In this section: Unknown Primary Cancer

CANCER of an unknown primary

What do we mean by 'Cancer of an Unknown Primary'? Cancer of Unknown Primary in the head and neck region occurs when the origin of the cancer is unknown, but is found to have spread to the lymph nodes in the neck. If it's not the cancer type you're looking for, please explore the information about other types of Head and Neck Cancers.

All the information in this section is available in a PDF.
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​1. Treatment options for Cancer of Unknown Primary

Your cancer care team will discuss the treatment options available for treating Cancer of Unknown Primary. This is also a good time to consider if you would like a second opinion.

The treatment most suited to each person depends on many factors, including: 

  • the number and size of the lymph nodes that are affected

  • personal factors  (e.g. age, general health and treatment history)

  • treatments available (and whether any clinical trials are available)

  • your preferences for treatment. 

The treatment options for Cancer of Unknown Primary are:

  • Surgery (often combined with radiotherapy and chemotherapy)

  • Radiation therapy (often combined with chemotherapy)

2. Surgery for Cancer of Unknown Primary

Some common types of surgery that can be used for Cancer of Unknown Primary in the head and neck area are:


This involves removing the enlarged cancerous lymph nodes, together with other lymph nodes in the same region of the neck. 
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This involves removing the tonsils, if there are signs of cancer in the tonsils or other lymph nodes in the neck. It can also help with diagnosing the type of cancer.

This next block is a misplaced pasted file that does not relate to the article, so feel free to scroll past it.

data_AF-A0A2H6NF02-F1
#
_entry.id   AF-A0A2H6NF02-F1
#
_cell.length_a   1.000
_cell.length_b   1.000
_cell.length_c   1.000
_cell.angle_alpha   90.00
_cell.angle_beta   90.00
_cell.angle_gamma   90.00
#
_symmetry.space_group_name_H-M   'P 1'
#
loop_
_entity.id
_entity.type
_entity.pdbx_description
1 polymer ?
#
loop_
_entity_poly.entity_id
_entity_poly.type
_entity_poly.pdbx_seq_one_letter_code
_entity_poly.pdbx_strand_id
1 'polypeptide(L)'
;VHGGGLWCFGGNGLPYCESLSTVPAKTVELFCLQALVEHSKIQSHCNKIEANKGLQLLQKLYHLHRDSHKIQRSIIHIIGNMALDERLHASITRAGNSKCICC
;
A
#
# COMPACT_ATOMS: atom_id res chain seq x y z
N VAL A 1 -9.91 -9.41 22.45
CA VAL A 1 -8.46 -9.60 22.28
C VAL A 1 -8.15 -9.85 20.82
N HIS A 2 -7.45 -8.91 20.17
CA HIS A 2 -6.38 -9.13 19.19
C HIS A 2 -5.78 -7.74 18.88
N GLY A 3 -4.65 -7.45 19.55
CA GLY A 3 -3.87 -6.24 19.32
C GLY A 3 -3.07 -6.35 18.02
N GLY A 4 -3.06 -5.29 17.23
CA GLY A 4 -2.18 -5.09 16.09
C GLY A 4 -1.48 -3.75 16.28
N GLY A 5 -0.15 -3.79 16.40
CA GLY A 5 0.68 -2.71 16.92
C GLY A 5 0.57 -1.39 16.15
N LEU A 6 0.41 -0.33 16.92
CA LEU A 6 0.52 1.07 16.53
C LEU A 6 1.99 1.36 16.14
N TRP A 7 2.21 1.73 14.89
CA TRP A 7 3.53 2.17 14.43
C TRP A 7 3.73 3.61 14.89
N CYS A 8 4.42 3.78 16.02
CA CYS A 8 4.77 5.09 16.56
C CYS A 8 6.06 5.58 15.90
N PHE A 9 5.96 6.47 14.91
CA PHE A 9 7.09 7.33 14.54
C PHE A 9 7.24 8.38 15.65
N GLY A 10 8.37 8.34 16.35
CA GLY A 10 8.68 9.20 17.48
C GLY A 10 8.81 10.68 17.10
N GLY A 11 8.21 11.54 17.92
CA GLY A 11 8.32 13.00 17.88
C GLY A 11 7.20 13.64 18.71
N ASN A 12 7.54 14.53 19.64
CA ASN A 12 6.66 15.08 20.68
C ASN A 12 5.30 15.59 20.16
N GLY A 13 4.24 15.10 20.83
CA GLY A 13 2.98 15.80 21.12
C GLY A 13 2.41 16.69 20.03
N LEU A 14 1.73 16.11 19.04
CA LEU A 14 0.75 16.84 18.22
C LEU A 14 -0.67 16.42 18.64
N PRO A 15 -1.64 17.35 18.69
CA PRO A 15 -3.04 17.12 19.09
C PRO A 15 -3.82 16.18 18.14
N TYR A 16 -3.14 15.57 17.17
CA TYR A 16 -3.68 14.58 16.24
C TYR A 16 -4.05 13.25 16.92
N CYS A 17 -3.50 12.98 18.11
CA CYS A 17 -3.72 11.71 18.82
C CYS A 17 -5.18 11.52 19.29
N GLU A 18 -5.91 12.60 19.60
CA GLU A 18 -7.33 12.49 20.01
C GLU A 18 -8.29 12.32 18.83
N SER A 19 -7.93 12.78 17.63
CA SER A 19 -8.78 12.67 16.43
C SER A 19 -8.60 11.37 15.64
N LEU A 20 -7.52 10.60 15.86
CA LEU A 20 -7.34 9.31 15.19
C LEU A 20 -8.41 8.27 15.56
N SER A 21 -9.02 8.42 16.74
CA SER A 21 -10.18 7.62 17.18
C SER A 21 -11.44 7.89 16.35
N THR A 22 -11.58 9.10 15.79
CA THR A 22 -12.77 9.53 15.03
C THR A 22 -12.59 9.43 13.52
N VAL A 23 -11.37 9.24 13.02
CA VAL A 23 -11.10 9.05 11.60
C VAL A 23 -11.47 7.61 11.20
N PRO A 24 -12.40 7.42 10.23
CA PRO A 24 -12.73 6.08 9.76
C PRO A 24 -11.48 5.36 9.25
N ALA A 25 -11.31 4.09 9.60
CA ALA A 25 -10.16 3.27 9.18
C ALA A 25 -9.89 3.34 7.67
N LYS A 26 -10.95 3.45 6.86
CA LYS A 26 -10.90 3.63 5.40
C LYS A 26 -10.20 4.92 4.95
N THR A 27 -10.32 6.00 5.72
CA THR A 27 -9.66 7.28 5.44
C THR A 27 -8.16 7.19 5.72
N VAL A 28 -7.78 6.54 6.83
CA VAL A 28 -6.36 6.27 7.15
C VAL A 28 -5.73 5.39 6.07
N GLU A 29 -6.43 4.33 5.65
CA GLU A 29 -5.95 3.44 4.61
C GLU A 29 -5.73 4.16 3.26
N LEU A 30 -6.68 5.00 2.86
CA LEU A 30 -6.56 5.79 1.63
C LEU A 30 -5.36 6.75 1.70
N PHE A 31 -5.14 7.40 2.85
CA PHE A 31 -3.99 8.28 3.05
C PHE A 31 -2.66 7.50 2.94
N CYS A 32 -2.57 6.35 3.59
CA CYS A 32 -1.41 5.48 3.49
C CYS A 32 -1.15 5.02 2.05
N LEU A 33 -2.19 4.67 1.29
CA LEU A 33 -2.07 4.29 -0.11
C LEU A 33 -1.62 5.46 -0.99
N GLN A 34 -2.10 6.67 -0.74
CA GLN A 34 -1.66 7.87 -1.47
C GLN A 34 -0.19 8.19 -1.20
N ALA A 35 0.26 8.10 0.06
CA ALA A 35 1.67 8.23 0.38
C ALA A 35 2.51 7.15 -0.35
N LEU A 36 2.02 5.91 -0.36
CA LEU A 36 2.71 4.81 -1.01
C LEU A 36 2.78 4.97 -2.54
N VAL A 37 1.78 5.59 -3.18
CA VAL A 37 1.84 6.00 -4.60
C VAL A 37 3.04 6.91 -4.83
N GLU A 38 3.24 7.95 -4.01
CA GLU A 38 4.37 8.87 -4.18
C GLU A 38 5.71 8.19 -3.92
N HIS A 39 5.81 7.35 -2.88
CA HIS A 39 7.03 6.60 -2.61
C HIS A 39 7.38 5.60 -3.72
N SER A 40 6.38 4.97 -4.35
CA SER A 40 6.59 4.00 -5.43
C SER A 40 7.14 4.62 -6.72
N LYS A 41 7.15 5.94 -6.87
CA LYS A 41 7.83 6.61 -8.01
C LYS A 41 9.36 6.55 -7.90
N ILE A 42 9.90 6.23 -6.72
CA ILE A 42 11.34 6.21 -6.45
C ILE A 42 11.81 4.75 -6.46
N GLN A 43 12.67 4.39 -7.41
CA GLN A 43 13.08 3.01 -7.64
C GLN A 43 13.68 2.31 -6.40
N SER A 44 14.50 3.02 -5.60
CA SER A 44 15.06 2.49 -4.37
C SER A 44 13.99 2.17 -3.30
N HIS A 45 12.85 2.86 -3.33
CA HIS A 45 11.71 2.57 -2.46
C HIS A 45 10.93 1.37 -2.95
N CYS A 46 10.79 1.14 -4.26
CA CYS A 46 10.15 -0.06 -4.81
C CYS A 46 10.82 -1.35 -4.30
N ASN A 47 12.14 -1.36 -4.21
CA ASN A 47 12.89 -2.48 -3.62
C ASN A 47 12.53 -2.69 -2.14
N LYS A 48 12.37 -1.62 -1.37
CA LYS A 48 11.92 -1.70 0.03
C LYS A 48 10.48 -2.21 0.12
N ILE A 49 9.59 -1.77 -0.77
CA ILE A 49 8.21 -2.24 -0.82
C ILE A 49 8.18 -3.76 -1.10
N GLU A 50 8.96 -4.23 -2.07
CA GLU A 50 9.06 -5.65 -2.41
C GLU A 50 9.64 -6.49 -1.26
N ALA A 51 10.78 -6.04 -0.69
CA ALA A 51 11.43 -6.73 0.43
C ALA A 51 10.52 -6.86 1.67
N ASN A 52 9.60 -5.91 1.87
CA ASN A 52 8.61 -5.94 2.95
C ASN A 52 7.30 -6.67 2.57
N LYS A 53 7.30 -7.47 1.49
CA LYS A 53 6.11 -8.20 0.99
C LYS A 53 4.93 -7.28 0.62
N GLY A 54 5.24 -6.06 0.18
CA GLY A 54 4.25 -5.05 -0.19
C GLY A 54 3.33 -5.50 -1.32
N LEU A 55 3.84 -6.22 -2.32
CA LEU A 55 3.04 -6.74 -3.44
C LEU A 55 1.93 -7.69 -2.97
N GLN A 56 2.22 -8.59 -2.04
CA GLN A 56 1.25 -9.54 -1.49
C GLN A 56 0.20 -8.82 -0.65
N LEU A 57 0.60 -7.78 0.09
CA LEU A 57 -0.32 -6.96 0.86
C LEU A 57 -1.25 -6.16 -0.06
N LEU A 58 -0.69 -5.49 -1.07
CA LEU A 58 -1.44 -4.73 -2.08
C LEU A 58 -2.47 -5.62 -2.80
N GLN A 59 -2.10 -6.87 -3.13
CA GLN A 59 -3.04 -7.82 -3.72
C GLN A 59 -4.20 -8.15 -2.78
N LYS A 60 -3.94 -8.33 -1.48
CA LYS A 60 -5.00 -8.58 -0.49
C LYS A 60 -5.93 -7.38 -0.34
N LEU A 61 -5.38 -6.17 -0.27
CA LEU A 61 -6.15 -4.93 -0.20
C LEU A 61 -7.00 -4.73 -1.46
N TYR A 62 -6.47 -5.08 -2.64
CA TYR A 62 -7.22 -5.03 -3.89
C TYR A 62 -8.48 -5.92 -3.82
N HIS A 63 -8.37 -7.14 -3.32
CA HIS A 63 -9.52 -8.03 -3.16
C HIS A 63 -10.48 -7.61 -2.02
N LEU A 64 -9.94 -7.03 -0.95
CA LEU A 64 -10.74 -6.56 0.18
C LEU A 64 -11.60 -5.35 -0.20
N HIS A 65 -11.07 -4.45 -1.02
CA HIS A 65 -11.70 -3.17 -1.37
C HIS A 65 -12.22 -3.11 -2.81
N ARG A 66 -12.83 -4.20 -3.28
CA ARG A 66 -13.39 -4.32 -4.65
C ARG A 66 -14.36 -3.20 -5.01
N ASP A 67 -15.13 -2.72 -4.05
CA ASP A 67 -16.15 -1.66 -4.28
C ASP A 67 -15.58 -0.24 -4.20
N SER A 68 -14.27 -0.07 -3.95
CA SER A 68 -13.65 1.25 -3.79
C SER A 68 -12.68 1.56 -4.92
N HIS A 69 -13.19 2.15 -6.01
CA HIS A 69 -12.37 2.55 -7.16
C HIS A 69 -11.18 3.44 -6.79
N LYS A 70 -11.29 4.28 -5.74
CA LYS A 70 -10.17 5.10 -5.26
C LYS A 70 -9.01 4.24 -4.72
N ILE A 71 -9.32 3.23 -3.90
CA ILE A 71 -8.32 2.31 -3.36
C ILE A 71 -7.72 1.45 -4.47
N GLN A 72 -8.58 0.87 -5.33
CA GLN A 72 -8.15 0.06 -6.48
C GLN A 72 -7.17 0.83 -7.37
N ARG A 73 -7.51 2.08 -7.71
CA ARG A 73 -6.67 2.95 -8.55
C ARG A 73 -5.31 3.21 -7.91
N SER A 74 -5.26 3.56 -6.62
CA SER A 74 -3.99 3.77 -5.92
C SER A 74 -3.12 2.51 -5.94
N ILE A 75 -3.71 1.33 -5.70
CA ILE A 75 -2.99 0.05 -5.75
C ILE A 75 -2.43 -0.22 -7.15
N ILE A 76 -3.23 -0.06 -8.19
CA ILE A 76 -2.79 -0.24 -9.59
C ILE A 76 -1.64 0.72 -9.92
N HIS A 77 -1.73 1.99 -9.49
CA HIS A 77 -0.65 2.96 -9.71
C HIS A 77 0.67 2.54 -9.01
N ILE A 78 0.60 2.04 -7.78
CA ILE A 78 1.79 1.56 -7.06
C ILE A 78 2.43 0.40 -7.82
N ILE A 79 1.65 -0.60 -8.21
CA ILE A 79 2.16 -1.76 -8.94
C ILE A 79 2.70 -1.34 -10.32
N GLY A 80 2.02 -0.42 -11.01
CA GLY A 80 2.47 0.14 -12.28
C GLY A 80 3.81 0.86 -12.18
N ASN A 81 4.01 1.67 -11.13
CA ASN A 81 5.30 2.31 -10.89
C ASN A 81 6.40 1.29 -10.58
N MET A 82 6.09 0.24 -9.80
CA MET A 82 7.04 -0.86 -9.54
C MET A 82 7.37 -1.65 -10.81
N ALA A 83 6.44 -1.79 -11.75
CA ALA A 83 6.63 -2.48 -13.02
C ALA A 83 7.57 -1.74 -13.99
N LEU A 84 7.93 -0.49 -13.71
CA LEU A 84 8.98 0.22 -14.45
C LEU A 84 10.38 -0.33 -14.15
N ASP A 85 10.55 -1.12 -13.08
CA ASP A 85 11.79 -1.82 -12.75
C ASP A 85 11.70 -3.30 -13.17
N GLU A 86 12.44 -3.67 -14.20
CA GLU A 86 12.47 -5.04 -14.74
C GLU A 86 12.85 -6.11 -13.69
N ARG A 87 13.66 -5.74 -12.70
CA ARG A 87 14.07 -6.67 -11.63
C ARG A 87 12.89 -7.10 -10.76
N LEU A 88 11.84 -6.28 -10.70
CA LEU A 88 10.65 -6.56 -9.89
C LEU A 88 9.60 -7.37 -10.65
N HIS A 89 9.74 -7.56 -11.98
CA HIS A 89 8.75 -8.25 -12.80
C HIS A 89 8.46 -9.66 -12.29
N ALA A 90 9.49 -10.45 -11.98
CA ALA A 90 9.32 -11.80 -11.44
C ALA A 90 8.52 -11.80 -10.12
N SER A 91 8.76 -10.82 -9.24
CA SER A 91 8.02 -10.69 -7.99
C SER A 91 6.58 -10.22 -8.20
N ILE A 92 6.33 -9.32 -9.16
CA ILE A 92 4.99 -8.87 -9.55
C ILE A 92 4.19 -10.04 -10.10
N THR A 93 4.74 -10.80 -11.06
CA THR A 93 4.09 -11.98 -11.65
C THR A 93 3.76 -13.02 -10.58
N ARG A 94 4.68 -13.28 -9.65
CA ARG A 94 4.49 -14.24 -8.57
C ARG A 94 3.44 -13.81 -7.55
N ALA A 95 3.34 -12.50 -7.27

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3. Radiation Therapy for Cancer of Unknown Primary

For Cancer of Unknown Primary, radiation therapy may be used to treat the lymph nodes affected by cancer with or without the primary site(s) that it may likely have come from. The most common approach for cancer of unknown primary is called external beam radiation. This is where the radiation is applied from outside of the body.

Radiation therapy can be used in the following ways:


This is when radiation therapy is used on its own without surgery. Definitive radiation therapy may be targeted to one side of the neck area (unilateral), containing the cancerous lymph nodes, or both sides of the throat (bilateral) to treat all possible areas of primary cancer. Typically, radiation therapy is delivered daily (but not on weekends) over 7 weeks. Chemotherapy may be added to the radiation therapy (chemoradiation)


This is when radiation therapy is given after surgery and is used as an additional treatment to kill any cancer that may not have been removed during surgery. Adjuvant radiation therapy may also be given in combination with chemotherapy (called chemoradiation).


In cases where a cure is not possible, radiation therapy is used to relieve symptoms of advanced cancer of unknown primary. Symptoms that may require palliative radiation therapy include pain, bleeding, breathing and swallowing difficulties.

4. Chemotherapy for Cancer of Unknown Primary

Chemotherapy works by destroying or damaging cancer cells. For head and neck cancers, chemotherapy is usually given into a vein through a needle with a catheter (tube) attached.

Usually chemotherapy is used in combination with radiation therapy to make the radiation therapy more effective. It is usually given once a week or once every 3 weeks throughout the duration of radiation therapy. Unlike chemotherapy for many other cancers, most patients do not lose their hair or have severe nausea and vomiting.

Once your treatments end, you will have regular follow-up appointments so that your doctor can check your recovery, make sure the cancer has not returned and monitor and treat any side effects that you may have.

  1. Head and Neck Cancer Australia Resources 
  2. External Links to other Head and Neck Cancer Resources